Between bookmarked sites, Twitter and RSS feeds which showcase advertising, I come across many new creative ideas every week. As with advertising in real life, only a handful are memorable. Here are my picks for the week ending 25th November, 2016: Bang & Olufsen, Morton Salt and more.
1. Bang & Olufsen: humblebragging
Years ago at an advertising planning workshop, I saw a slide which defined Bang & Olufsen’s brand essence as: ‘crafted for the senses’. The rationale was that the brand’s high end audio & video products appeal to both our visual and audio senses. They were not only great looking (different from conventional design in the category) they promised great quality in terms of sound and visuals. I also remember that such a sharp positioning defines the borders for the brand in marketing communications and sponsorship too. For example, with ‘crafted for the senses’ as the brand essence, there is a stronger fit for the brand if they sponsored a classical music concert as opposed to say, rap music. Anyway, I am digressing – the point is that I remember all this even after two decades because of the sharp definition of the brand and the products living up to that promise.
I was reminded of all this when I saw this charming ad for Bang & Olufsen. The insight about consumer behaviour – bragging on social media when a new gadget is acquired is married well with the product truth. Ownership of the brand does trigger bragging.
Agency: Robert/Boisen and LikeMinded, Copenhagen
2. Iceland Tourism: Safe Selfies
Tourism marketing is extremely competitive. Positioning and marketing play a key role in consumer decisions pertaining to travel – not to mention the prevailing political and social situations. Most countries dramatise their tourist attractions – the varied landscape, the cuisine, history and culture are common themes. Iceland positions itself as a country of extreme contrasts. What I liked about the campaign was the idea of an Iceland Academy which wants tourists to get the most out of the country. Such a positioning allows creation of ‘how-to videos’ with tongue firmly in cheek. ‘Even though Iceland has scenery to die for, it doesn’t actually mean you have to die for it’ is the claim in this one.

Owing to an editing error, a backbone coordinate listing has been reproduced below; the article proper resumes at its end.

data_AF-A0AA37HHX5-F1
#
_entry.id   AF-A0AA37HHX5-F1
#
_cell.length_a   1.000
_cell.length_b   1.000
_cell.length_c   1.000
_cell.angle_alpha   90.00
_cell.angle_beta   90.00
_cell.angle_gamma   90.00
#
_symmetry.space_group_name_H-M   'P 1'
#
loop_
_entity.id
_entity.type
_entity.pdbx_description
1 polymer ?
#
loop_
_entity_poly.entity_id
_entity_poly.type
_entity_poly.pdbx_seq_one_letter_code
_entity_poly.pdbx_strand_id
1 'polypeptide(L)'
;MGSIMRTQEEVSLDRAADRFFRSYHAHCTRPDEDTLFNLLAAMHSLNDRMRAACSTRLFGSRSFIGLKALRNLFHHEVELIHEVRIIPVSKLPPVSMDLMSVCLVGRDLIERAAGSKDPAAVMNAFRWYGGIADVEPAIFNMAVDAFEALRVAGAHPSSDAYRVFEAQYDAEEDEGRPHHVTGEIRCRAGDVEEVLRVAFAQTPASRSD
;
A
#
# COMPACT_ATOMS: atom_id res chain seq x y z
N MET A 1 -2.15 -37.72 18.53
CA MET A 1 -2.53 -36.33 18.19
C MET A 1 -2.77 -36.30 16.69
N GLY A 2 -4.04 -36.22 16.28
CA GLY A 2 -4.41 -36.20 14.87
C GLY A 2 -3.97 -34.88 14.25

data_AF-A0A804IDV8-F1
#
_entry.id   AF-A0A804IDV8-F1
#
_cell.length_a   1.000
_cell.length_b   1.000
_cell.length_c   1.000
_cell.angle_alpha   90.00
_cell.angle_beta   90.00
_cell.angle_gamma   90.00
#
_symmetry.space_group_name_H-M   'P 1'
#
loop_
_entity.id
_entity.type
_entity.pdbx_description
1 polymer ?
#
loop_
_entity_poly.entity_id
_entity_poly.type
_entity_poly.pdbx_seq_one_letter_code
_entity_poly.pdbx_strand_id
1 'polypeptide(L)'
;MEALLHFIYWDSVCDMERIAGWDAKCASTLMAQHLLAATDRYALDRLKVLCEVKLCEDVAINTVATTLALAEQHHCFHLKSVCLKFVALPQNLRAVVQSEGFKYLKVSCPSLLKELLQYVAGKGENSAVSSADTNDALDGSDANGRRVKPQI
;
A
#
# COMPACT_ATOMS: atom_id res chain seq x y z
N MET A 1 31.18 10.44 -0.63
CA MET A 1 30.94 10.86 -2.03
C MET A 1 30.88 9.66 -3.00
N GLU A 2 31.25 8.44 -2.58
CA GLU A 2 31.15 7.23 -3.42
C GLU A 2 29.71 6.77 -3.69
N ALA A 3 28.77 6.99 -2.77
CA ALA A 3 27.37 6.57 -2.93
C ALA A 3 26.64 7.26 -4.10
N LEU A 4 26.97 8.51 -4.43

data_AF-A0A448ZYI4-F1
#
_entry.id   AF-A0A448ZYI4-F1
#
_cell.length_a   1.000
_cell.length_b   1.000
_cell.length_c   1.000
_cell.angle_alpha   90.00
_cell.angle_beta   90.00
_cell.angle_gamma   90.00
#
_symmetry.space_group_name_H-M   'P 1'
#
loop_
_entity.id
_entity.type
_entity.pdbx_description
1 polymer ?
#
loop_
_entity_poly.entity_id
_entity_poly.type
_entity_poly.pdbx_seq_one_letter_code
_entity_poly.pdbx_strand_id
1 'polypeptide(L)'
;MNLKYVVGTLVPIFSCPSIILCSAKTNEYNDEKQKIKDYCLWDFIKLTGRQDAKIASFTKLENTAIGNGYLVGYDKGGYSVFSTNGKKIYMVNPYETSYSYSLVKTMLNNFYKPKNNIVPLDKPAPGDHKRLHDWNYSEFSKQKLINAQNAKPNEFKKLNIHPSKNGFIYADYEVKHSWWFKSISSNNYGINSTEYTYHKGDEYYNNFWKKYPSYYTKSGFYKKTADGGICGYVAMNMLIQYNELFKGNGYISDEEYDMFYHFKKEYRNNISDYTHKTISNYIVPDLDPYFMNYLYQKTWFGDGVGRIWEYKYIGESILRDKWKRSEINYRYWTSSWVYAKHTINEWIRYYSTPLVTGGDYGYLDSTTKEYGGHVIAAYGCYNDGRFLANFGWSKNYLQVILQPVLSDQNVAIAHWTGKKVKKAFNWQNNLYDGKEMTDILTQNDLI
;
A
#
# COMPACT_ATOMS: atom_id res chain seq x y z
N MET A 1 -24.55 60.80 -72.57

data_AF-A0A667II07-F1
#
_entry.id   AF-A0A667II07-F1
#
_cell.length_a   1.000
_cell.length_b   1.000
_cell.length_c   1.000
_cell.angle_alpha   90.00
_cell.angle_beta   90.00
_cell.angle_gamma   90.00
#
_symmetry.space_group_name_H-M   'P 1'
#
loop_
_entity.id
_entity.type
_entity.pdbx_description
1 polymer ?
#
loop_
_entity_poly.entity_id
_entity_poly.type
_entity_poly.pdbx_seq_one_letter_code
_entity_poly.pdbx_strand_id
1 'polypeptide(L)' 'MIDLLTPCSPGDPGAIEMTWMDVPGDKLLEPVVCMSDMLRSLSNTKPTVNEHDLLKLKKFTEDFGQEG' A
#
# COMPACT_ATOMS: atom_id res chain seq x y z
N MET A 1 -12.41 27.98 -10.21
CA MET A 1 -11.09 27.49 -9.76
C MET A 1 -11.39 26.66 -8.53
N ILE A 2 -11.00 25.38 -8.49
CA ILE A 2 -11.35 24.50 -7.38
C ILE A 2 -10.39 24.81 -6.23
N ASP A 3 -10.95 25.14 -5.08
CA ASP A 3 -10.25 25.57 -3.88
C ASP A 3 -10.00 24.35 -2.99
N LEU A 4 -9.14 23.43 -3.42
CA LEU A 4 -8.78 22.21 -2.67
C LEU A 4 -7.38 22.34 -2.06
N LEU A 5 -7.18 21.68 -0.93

Agency: The Brooklyn Brothers, London
3. OK Go/Morton Salt: The One Moment
Apparently, OK Go, the Chicago rock band is known for its visually striking music videos. Their new music video is quite funky too – it starts off with a visual which lasts only 4.2 seconds. But the action within those 4-odd seconds is then expanded in slow motion to fit a 4-minute video. Pretty cool.
But what does it have to with Morton Salt – whose logo appears at the end, you ask? It is a branded video for a larger cause – Walk Her Walk, which is a promise to make a positive impact in the world. With such branded videos or content marketing efforts, the usual questions remain unanswered in my head:
– what is the brand fit to this video?
– how does it help the brand: if not in sales, then on parameters like affinity and equity
One could argue that it has got a boring category and an hitherto low key brand into the limelight thanks to the articles in trade publications. Still, I cannot see the value of such. Maybe I am wrong. Do comment in.